Abstract excerpt: “Mating reversed the effects of pheromone perception, suggesting a model where life span is modulated through integration of sensory and reward circuits and where healthy aging may be compromised when the expectations defined by sensory perception are discordant with ensuing experience.”
My comment to the Science Magazine site: submitted on 11/29/13 at 13:42 and approved on 12/2/13 at 12:27
Re (their conclusion) “…indirect genetic effects have the potential to be influential agents of natural selection (25), suggesting that expectation/reward imbalance may have broad effects on health and physiology in humans and may present a potent evolutionary force in nature.”
In my model, the evolutionary force is olfactory/pheromonal input. I have attempted to clarify the fact that “Olfaction and odor receptors provide a clear evolutionary trail that can be followed from unicellular organisms to insects to humans.” See, for example: “Human pheromones and food odors: epigenetic influences on the socioaffective nature of evolved behaviors.”
Problems with that representation involve a conflict with current theories of mutation-initiated natural selection, and its revision to mutation-driven evolution sans natural selection by removing biophysical constraints on adaptations to the sensory environment. Simply put, evolutionary theorists don’t seem to appreciate any challenges to their preferred theory, even as they change it to exclude physics. However, as we see here, there is substantially more evidence that adaptive evolution is nutrient-dependent and pheromone-controlled.
We addressed pheromone-controlled reproduction in yeasts, insects, nematodes, and mammals in the context of molecular epigenetics linked to alternative splicings in our 1996 Hormones and Behavior review. The model of hormone-organization and hormone-activation of behavior was extended to invertebrates by Elekonich and Robinson (2000).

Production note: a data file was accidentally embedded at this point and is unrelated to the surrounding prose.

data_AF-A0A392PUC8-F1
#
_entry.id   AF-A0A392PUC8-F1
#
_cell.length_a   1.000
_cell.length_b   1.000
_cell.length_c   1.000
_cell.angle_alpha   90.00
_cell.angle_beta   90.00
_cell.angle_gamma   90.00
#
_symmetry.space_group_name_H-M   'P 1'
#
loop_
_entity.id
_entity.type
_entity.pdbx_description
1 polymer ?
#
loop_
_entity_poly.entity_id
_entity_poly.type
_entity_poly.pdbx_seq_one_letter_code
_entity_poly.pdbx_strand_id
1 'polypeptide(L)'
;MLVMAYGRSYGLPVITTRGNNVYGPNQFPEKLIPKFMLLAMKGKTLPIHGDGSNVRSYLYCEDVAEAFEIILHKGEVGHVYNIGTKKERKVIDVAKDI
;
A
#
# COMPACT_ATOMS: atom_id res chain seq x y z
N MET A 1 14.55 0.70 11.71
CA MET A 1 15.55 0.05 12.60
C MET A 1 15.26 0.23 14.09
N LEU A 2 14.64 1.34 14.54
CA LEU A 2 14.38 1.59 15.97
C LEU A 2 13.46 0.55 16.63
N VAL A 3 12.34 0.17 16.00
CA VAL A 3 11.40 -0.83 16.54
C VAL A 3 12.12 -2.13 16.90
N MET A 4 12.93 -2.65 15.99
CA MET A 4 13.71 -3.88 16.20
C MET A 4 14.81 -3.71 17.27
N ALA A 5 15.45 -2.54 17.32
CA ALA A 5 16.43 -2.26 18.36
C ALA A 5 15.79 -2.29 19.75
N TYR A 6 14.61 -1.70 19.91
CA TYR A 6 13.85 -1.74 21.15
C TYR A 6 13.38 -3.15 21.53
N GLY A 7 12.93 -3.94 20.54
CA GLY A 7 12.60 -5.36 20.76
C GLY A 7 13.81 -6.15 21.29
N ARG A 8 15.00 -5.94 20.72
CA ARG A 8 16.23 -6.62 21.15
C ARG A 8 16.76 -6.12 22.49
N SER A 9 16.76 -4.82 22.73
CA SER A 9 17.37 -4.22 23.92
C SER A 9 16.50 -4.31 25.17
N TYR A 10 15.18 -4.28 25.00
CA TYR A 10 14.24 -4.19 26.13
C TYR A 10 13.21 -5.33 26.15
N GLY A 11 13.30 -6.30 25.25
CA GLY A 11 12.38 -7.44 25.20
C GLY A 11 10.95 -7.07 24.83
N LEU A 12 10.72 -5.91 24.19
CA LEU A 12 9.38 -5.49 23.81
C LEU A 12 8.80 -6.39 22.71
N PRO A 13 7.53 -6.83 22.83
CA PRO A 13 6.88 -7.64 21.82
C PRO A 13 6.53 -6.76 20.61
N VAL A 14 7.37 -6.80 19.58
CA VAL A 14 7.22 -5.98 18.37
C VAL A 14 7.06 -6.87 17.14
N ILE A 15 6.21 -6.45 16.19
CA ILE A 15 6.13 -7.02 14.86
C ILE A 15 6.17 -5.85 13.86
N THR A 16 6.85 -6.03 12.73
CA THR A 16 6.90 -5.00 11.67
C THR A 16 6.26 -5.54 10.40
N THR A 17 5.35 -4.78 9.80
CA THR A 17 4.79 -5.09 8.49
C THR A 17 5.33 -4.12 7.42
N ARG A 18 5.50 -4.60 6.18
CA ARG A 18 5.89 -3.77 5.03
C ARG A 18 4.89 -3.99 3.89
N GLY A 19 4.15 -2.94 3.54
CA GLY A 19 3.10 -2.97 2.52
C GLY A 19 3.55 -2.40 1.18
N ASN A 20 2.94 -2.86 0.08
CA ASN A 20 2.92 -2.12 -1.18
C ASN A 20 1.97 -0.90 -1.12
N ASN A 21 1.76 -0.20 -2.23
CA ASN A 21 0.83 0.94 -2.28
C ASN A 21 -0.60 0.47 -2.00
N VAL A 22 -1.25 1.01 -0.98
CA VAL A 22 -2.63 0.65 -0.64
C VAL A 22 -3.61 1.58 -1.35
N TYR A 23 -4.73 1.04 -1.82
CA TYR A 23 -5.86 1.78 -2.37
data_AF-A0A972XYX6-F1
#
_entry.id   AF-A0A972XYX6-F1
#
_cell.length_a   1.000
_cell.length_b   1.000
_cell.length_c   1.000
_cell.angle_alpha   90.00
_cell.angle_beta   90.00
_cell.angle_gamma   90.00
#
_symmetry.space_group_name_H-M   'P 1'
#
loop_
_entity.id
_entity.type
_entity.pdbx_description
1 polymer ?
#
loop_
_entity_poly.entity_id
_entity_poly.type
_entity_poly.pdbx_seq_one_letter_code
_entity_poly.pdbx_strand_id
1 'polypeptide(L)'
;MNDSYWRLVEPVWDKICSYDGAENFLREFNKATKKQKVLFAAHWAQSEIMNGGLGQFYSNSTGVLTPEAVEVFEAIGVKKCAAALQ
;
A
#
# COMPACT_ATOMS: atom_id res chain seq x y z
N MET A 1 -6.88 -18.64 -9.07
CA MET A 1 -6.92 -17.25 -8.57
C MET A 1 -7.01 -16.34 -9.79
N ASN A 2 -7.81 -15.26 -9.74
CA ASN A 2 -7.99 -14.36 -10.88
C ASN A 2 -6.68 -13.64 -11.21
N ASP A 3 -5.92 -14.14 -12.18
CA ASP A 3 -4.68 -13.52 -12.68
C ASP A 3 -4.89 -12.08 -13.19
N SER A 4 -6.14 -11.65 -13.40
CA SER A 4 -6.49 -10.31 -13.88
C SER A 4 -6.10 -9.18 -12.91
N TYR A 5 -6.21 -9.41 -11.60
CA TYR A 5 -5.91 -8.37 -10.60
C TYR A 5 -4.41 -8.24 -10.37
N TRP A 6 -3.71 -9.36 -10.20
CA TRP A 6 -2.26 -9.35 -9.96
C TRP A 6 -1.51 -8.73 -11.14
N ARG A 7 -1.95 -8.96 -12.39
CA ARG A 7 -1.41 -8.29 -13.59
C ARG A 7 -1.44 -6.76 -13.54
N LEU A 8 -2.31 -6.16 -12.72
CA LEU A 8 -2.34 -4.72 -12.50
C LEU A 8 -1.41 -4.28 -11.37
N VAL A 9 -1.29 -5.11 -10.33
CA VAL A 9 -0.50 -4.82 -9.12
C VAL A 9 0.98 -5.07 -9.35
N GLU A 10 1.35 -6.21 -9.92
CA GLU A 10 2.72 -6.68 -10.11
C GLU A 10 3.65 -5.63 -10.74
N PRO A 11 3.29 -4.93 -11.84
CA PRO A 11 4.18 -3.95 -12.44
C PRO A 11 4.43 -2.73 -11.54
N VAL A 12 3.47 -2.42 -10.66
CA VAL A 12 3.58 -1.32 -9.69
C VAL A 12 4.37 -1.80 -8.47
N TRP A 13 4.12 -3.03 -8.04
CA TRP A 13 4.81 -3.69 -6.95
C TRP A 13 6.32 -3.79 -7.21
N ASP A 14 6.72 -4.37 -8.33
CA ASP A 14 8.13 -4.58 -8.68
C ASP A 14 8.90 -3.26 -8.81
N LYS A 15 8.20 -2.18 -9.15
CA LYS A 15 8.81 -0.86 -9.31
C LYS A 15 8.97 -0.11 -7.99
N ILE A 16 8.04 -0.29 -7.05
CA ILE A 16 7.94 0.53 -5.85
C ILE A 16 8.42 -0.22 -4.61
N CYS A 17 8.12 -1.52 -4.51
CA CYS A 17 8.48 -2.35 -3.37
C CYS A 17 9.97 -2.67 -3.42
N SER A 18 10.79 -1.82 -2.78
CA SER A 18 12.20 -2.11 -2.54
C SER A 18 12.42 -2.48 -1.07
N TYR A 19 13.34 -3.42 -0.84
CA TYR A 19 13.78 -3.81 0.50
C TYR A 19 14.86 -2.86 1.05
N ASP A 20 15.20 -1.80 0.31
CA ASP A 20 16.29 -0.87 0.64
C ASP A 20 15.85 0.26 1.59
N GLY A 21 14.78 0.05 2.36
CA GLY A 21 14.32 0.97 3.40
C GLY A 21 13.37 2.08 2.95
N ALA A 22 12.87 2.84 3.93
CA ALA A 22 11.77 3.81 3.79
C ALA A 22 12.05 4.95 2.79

In one of my subsequent published works I added examples of how nutrient-dependent single amino acid substitutions (see Dobzhansky, 1973)contribute to pheromone-controlled adaptive evolution and I used the honeybee model organism to link yeasts, nematodes, insects, and other mammals to humans via ecological, social, neurogenic, and socio-cognitive niche construction. See for examples: “Nutrient-dependent/pheromone-controlled adaptive evolution: a model” in Socioaffective Neuroscience & Psychology 2013, 3: 20553
The work reported here will facilitate comparisons of mutations theory to natural selection of nutrients and their metabolism to the pheromones that control the physiology of reproduction in species from microbes to man. That is what Darwin seemed to infer when he tried to establish the ‘conditions of life’ that must precede consideration of what might be naturally selected or sexually selected. We shall see what he meant.
See also for more information about longevity in flies and other species: